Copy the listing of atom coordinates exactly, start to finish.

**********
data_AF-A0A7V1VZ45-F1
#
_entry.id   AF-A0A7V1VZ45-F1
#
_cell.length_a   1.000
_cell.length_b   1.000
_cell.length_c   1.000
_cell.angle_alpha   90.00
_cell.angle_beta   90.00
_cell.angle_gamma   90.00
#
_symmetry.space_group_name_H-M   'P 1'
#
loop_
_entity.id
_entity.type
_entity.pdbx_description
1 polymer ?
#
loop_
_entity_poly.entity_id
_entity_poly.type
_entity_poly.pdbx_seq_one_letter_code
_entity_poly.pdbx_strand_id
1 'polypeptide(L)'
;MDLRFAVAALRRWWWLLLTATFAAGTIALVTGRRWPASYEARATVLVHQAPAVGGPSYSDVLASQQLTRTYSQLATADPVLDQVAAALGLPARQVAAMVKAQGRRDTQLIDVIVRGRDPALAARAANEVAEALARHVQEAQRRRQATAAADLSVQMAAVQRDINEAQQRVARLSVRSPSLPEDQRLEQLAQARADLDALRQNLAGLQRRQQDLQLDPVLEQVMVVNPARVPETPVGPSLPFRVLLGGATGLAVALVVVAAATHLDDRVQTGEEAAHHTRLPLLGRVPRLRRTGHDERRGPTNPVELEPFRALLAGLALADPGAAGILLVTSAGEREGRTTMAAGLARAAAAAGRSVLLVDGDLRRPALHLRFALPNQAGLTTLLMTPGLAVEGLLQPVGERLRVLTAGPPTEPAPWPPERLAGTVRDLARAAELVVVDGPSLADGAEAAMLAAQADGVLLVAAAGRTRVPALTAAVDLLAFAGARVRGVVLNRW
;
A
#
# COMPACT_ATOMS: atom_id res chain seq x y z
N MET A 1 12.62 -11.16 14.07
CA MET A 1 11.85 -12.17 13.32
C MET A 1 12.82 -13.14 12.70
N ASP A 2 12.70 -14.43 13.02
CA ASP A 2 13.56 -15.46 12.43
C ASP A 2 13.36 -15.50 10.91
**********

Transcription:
data_AF-A0A7V1VZ45-F1
#
_entry.id   AF-A0A7V1VZ45-F1
#
_cell.length_a   1.000
_cell.length_b   1.000
_cell.length_c   1.000
_cell.angle_alpha   90.00
_cell.angle_beta   90.00
_cell.angle_gamma   90.00
#
_symmetry.space_group_name_H-M   'P 1'
#
loop_
_entity.id
_entity.type
_entity.pdbx_description
1 polymer ?
#
loop_
_entity_poly.entity_id
_entity_poly.type
_entity_poly.pdbx_seq_one_letter_code
_entity_poly.pdbx_strand_id
1 'polypeptide(L)'
;MDLRFAVAALRRWWWLLLTATFAAGTIALVTGRRWPASYEARATVLVHQAPAVGGPSYSDVLASQQLTRTYSQLATADPVLDQVAAALGLPARQVAAMVKAQGRRDTQLIDVIVRGRDPALAARAANEVAEALARHVQEAQRRRQATAAADLSVQMAAVQRDINEAQQRVARLSVRSPSLPEDQRLEQLAQARADLDALRQNLAGLQRRQQDLQLDPVLEQVMVVNPARVPETPVGPSLPFRVLLGGATGLAVALVVVAAATHLDDRVQTGEEAAHHTRLPLLGRVPRLRRTGHDERRGPTNPVELEPFRALLAGLALADPGAAGILLVTSAGEREGRTTMAAGLARAAAAAGRSVLLVDGDLRRPALHLRFALPNQAGLTTLLMTPGLAVEGLLQPVGERLRVLTAGPPTEPAPWPPERLAGTVRDLARAAELVVVDGPSLADGAEAAMLAAQADGVLLVAAAGRTRVPALTAAVDLLAFAGARVRGVVLNRW
;
A
#
# COMPACT_ATOMS: atom_id res chain seq x y z
N MET A 1 12.62 -11.16 14.07
CA MET A 1 11.85 -12.17 13.32
C MET A 1 12.82 -13.14 12.70
N ASP A 2 12.70 -14.43 13.02
CA ASP A 2 13.56 -15.46 12.43
C ASP A 2 13.36 -15.50 10.91